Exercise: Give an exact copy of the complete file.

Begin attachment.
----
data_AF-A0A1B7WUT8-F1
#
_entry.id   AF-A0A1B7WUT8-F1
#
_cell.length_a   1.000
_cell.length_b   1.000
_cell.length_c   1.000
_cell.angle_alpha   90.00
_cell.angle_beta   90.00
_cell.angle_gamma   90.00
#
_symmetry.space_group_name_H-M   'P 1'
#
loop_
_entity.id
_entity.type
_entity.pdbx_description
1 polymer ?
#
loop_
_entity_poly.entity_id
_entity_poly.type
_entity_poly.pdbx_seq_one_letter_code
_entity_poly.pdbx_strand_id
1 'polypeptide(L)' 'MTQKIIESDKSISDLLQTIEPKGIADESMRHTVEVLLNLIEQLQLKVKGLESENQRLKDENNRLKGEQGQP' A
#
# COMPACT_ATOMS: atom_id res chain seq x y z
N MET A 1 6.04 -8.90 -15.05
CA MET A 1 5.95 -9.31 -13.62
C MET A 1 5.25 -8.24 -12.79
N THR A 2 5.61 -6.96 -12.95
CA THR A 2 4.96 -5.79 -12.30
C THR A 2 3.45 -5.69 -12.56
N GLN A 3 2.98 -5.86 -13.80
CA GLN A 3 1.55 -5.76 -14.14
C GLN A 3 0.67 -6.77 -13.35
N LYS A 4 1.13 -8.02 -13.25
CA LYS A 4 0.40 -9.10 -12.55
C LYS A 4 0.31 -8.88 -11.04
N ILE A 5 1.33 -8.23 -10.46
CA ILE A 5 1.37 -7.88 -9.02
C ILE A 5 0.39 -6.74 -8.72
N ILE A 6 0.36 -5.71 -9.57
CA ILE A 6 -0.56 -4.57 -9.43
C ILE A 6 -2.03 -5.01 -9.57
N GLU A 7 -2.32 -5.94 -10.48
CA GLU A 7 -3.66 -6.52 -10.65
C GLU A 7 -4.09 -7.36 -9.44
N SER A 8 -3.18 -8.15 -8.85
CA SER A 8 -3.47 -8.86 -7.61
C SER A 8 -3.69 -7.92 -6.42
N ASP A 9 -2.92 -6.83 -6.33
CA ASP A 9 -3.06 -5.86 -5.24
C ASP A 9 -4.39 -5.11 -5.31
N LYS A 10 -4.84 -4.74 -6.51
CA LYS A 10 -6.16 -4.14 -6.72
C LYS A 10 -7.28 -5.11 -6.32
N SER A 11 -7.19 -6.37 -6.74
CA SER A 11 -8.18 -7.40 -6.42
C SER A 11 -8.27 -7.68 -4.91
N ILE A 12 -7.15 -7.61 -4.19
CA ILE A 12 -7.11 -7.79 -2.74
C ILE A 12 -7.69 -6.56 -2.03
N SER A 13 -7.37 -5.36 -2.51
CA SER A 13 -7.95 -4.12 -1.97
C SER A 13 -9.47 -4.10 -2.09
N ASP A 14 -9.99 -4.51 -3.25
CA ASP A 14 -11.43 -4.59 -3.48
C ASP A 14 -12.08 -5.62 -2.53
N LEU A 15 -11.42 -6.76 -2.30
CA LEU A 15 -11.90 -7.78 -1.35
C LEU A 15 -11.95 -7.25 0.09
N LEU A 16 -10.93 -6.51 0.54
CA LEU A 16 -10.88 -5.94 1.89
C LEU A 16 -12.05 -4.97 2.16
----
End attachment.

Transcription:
data_AF-A0A1B7WUT8-F1
#
_entry.id   AF-A0A1B7WUT8-F1
#
_cell.length_a   1.000
_cell.length_b   1.000
_cell.length_c   1.000
_cell.angle_alpha   90.00
_cell.angle_beta   90.00
_cell.angle_gamma   90.00
#
_symmetry.space_group_name_H-M   'P 1'
#
loop_
_entity.id
_entity.type
_entity.pdbx_description
1 polymer ?
#
loop_
_entity_poly.entity_id
_entity_poly.type
_entity_poly.pdbx_seq_one_letter_code
_entity_poly.pdbx_strand_id
1 'polypeptide(L)' 'MTQKIIESDKSISDLLQTIEPKGIADESMRHTVEVLLNLIEQLQLKVKGLESENQRLKDENNRLKGEQGQP' A
#
# COMPACT_ATOMS: atom_id res chain seq x y z
N MET A 1 6.04 -8.90 -15.05
CA MET A 1 5.95 -9.31 -13.62
C MET A 1 5.25 -8.24 -12.79
N THR A 2 5.61 -6.96 -12.95
CA THR A 2 4.96 -5.79 -12.30
C THR A 2 3.45 -5.69 -12.56
N GLN A 3 2.98 -5.86 -13.80
CA GLN A 3 1.55 -5.76 -14.14
C GLN A 3 0.67 -6.77 -13.35
N LYS A 4 1.13 -8.02 -13.25
CA LYS A 4 0.40 -9.10 -12.55
C LYS A 4 0.31 -8.88 -11.04
N ILE A 5 1.33 -8.23 -10.46
CA ILE A 5 1.37 -7.88 -9.02
C ILE A 5 0.39 -6.74 -8.72
N ILE A 6 0.36 -5.71 -9.57
CA ILE A 6 -0.56 -4.57 -9.43
C ILE A 6 -2.03 -5.01 -9.57
N GLU A 7 -2.32 -5.94 -10.48
CA GLU A 7 -3.66 -6.52 -10.65
C GLU A 7 -4.09 -7.36 -9.44
N SER A 8 -3.18 -8.15 -8.85
CA SER A 8 -3.47 -8.86 -7.61
C SER A 8 -3.69 -7.92 -6.42
N ASP A 9 -2.92 -6.83 -6.33
CA ASP A 9 -3.06 -5.86 -5.24
C ASP A 9 -4.39 -5.11 -5.31
N LYS A 10 -4.84 -4.74 -6.51
CA LYS A 10 -6.16 -4.14 -6.72
C LYS A 10 -7.28 -5.11 -6.32
N SER A 11 -7.19 -6.37 -6.74
CA SER A 11 -8.18 -7.40 -6.42
C SER A 11 -8.27 -7.68 -4.91
N ILE A 12 -7.15 -7.61 -4.19
CA ILE A 12 -7.11 -7.79 -2.74
C ILE A 12 -7.69 -6.56 -2.03
N SER A 13 -7.37 -5.36 -2.51
CA SER A 13 -7.95 -4.12 -1.97
C SER A 13 -9.47 -4.10 -2.09
N ASP A 14 -9.99 -4.51 -3.25
CA ASP A 14 -11.43 -4.59 -3.48
C ASP A 14 -12.08 -5.62 -2.53
N LEU A 15 -11.42 -6.76 -2.30
CA LEU A 15 -11.90 -7.78 -1.35
C LEU A 15 -11.95 -7.25 0.09
N LEU A 16 -10.93 -6.51 0.54
CA LEU A 16 -10.88 -5.94 1.89
C LEU A 16 -12.05 -4.97 2.16